Hospital and Funerals face 2 years imprisonment for detaining patients or cadavers

Detaining patients or cadavers for non-payment of incurred medical or funeral services will soon be declared as a criminal act.

Rep. Carmelo Lazatin (1st District, Pampanga) filed House Bill 5286 imposing stiffer penalty against owners of hospital, medical clinics and funeral parlors that detain patients or cadavers for failure of relatives to settle their medical bills.

The bill, to be known as the "Expanded Patients Illegal Detention Act of 2011," seeks to amend Republic Act 9439 of 2007. 

Under the bill, any person who prohibits or delays the release of the patient or cadaver for non-payment of incurred hospital bills and other related expenses faces two years of imprisonment and a fine of P200,000 or both, at the discretion of the court.

Lazatin said under the present law, a patient who wishes to leave the hospital but is financially incapable of settling hospital expenses may execute a promissory note secured by either a mortgage or by a guarantee of a co-maker.

"But many of these patients are ordinary employees or indigents who cannot afford to give a promissory note, In many instances they are not allowed to leave the hospitals while the body of a dead person are detained by the medical institutions or the morgues," Lazatin said.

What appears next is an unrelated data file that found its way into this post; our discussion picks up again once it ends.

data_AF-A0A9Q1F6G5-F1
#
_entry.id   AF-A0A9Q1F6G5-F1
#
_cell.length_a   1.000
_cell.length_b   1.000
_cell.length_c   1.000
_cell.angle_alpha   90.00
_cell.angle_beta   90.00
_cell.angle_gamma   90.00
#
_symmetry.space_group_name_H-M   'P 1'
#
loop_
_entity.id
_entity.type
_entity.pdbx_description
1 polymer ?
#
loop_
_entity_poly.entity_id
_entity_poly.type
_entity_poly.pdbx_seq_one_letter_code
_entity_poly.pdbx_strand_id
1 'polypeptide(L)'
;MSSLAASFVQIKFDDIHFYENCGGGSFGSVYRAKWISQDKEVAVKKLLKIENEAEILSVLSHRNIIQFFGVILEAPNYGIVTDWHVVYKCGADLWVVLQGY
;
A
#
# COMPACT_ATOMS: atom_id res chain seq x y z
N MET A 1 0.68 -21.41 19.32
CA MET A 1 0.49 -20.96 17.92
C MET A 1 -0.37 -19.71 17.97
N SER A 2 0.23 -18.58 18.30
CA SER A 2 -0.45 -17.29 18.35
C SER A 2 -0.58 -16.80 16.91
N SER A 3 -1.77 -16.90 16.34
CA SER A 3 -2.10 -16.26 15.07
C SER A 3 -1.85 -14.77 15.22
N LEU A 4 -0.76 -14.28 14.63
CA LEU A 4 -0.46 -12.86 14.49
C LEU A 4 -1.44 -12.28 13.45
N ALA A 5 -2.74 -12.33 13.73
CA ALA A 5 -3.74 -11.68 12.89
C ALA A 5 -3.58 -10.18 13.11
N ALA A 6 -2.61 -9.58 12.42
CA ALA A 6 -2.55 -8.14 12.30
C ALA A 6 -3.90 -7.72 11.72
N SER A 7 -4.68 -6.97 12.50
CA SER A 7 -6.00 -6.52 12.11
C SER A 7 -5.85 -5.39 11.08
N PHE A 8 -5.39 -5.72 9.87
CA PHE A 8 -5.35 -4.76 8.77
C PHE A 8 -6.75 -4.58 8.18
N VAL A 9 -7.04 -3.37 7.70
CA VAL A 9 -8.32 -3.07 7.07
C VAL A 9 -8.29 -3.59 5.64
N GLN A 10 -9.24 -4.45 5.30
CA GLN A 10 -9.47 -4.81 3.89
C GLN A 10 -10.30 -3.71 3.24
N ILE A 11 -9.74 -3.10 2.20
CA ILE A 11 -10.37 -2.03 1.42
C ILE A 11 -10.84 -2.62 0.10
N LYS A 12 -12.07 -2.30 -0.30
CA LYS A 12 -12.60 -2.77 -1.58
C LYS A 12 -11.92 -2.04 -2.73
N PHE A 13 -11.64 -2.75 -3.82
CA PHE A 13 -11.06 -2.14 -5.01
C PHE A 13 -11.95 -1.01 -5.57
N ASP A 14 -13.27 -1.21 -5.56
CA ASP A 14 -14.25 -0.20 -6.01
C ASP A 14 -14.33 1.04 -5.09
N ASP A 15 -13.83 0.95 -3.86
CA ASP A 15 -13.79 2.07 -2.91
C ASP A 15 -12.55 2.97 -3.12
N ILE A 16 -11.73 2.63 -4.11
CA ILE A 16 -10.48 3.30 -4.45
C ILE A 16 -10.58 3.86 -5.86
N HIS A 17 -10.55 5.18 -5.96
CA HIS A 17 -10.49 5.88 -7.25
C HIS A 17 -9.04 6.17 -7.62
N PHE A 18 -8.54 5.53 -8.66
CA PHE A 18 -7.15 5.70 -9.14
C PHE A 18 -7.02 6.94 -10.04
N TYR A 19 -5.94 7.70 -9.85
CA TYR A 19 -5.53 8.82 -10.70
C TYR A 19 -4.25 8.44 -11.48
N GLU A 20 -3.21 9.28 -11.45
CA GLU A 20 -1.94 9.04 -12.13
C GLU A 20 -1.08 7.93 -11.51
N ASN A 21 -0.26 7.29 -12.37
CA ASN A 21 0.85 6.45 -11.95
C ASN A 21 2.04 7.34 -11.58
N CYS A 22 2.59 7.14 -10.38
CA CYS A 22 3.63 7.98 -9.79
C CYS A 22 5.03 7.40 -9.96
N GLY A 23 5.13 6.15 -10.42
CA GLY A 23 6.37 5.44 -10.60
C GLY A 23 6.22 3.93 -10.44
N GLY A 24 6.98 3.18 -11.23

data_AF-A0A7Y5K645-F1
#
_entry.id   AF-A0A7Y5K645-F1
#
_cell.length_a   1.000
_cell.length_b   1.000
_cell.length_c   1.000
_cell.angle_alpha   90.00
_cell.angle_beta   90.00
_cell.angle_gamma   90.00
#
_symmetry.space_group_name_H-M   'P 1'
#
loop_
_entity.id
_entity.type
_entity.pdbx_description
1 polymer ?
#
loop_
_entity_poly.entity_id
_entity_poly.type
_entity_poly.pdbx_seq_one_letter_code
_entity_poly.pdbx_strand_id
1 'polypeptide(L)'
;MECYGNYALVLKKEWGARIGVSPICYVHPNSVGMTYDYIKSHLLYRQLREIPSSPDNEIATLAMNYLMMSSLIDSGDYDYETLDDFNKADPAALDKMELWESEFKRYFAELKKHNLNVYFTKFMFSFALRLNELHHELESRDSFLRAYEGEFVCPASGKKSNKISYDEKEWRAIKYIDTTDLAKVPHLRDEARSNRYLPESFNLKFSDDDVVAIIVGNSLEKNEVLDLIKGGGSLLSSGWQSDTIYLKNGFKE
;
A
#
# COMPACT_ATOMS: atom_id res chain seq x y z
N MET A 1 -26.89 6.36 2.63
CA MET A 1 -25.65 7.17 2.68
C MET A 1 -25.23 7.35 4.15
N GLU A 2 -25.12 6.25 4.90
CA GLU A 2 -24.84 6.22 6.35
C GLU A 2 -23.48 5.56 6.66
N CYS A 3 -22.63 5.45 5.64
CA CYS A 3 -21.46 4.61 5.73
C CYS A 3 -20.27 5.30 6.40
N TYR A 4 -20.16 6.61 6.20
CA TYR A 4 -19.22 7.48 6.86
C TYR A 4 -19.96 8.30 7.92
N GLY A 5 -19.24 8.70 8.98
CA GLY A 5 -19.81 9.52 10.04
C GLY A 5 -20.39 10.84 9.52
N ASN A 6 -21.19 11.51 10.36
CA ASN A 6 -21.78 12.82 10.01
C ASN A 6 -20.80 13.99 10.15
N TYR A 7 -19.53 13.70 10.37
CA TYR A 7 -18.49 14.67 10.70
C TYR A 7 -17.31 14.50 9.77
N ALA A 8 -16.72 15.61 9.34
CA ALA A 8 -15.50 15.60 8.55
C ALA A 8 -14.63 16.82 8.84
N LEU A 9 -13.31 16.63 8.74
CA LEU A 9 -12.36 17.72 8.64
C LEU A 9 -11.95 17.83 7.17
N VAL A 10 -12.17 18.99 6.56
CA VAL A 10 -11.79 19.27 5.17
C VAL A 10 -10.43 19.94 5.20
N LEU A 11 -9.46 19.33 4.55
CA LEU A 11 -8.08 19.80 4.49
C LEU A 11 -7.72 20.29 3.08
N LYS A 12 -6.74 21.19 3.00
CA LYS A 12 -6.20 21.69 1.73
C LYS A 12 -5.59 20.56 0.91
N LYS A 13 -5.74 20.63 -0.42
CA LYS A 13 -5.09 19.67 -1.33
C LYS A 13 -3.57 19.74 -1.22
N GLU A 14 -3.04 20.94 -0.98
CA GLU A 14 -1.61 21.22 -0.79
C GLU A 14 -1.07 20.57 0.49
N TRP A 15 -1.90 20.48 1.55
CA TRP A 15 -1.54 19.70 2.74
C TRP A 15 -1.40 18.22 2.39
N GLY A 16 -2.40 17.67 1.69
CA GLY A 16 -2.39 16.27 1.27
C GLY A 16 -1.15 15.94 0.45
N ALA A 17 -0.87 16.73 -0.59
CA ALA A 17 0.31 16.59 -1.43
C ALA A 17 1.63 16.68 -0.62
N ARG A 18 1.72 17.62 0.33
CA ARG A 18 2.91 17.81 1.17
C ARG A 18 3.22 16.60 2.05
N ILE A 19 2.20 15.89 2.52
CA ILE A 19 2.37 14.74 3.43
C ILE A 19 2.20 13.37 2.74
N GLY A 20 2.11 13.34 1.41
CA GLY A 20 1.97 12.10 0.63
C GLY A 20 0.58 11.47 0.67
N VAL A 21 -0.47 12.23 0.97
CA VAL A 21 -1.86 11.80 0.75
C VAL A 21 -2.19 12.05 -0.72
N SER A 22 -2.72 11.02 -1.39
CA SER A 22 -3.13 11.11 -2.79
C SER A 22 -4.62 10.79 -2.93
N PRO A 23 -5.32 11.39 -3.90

"Almost everyday, we hear of complaints in newspapers, radio and television against hospitals and other medical institutions that detain patients or even cadavers of deceased patients due to unpaid medical bills," Lazatin added.

However, under the bill, patients who stayed in private rooms shall not be covered by the proposed act.

Lazatin said some funeral parlors and morgues are into this practice as well, keeping cadavers to force relatives of the deceased individual to cough up the payment for burial services.

The bill mandates the Government Service Insurance System (GSIS), the Social Security System (SSS) and Philippine Health Insurance Corp (PHILHEALTH) as well as the Department of Social Welfare and Development (DSWD) to come up with special programs to help their members who cannot afford to pay medical or funeral bills.

"If the patient is a member of the SSS, GSIS and Philhealth, a promissory note from either of the agencies would suffice. In the case of an indigent patient, a certification and/or guarantee from the DSWD is sufficient," Lazatin said.

In the case of a deceased patient, corresponding death certificate and other documents required for interment and other purposes shall be released by the hospital or any medical institution, funeral parlor or morgues to any of his surviving relatives requesting for the same upon presenting a promissory note from the SSS, GSIS or DSWD.